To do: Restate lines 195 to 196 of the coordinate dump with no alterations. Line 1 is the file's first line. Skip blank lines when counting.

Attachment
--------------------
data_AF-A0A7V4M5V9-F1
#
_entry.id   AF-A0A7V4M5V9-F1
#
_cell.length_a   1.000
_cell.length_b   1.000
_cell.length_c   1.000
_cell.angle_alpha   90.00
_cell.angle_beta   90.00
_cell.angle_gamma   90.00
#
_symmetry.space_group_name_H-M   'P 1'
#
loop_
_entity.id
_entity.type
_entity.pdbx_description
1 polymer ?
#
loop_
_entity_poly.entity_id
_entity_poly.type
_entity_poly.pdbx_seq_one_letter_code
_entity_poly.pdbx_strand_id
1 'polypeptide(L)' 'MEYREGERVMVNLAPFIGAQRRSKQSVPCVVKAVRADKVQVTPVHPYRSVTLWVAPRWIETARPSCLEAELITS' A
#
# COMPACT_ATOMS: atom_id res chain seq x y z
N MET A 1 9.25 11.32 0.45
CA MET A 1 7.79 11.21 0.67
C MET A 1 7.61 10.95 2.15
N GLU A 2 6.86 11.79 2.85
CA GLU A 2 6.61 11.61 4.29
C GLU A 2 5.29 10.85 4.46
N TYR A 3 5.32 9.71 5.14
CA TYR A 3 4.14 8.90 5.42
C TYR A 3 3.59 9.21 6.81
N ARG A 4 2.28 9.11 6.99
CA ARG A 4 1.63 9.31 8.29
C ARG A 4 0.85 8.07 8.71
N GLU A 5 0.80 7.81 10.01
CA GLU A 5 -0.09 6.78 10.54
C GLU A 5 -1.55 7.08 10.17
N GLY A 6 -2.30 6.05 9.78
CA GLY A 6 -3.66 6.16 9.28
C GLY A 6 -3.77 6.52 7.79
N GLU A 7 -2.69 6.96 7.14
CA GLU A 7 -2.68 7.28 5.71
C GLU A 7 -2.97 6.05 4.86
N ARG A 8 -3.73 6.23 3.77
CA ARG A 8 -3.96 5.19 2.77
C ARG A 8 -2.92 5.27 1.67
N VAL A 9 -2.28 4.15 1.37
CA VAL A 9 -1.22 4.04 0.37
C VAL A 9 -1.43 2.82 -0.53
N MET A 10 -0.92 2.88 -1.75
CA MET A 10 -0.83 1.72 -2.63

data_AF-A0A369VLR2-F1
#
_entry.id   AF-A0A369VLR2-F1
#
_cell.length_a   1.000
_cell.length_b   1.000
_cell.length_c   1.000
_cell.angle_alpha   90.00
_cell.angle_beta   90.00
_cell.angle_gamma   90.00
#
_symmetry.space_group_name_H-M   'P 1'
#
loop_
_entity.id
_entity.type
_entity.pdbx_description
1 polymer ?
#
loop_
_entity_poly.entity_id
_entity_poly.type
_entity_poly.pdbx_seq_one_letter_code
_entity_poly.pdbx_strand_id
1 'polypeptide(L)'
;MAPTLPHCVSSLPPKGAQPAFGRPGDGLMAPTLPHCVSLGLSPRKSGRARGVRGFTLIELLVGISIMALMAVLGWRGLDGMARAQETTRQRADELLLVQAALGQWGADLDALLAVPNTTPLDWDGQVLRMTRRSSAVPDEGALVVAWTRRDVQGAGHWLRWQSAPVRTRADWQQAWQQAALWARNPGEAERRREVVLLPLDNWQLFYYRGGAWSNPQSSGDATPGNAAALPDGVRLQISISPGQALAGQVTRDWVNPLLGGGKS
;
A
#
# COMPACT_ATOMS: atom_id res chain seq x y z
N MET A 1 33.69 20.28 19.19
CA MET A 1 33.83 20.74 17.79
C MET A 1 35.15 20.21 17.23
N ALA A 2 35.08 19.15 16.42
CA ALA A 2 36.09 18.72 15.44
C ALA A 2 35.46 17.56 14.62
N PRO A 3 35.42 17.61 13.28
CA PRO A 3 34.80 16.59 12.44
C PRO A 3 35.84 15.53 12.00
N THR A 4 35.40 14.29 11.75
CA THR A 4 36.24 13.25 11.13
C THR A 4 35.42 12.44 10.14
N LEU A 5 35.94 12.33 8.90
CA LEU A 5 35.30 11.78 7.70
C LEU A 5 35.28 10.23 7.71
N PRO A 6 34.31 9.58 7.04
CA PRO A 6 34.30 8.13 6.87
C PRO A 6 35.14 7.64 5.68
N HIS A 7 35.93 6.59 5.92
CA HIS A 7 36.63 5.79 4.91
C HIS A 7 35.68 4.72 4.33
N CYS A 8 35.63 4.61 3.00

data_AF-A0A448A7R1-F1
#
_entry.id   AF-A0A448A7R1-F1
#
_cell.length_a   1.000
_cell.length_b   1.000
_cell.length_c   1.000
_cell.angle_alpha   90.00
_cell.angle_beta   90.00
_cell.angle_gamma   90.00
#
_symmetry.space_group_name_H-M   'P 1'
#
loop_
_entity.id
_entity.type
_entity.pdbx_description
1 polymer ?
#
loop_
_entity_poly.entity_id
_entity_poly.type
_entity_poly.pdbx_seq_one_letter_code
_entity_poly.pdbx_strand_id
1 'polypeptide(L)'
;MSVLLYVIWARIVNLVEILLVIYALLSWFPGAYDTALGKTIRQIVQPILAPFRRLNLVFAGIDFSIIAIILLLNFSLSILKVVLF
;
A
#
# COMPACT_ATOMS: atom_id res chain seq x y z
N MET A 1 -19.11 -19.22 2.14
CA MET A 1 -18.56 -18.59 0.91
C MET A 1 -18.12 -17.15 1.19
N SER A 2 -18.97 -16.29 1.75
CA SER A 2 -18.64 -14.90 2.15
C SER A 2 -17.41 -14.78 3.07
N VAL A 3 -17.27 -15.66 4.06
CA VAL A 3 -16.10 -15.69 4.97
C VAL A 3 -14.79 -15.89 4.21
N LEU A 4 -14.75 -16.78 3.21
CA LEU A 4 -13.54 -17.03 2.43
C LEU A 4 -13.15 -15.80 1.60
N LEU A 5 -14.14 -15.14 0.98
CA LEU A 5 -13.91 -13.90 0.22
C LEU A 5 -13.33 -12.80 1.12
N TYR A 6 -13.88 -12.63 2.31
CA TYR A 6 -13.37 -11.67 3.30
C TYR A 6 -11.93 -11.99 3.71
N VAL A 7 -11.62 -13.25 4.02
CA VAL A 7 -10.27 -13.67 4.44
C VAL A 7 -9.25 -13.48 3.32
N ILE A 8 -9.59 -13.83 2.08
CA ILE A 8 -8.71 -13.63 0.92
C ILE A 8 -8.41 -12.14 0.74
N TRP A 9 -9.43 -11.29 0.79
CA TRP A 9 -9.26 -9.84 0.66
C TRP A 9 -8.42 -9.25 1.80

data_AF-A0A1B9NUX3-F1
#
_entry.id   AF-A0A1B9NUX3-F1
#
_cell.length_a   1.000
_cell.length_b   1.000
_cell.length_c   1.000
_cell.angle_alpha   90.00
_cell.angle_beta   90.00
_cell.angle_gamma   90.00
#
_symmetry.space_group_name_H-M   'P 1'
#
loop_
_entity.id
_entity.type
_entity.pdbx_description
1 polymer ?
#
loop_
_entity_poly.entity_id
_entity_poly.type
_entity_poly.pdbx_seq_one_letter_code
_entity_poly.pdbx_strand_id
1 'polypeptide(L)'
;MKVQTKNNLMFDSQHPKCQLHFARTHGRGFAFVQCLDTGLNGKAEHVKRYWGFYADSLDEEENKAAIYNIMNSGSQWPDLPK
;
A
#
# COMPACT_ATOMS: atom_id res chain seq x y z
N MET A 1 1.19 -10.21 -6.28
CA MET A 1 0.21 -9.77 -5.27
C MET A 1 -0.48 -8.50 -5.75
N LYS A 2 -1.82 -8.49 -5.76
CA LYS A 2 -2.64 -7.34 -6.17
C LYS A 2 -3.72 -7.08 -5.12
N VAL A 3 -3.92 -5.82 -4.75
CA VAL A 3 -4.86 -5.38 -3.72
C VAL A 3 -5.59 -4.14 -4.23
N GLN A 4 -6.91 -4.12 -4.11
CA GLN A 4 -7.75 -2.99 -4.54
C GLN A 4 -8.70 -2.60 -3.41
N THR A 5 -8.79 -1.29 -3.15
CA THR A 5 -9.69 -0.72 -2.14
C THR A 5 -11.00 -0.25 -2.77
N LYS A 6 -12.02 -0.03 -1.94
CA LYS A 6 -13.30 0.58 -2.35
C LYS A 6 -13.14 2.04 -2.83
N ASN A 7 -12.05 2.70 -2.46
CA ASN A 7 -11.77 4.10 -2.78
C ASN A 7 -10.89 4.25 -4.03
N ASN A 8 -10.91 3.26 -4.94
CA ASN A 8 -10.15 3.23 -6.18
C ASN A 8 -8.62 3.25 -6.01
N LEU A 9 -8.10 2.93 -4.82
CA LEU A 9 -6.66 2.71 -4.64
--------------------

# COMPACT_ATOMS: atom_id res chain seq x y z
N MET A 1 1.19 -10.21 -6.28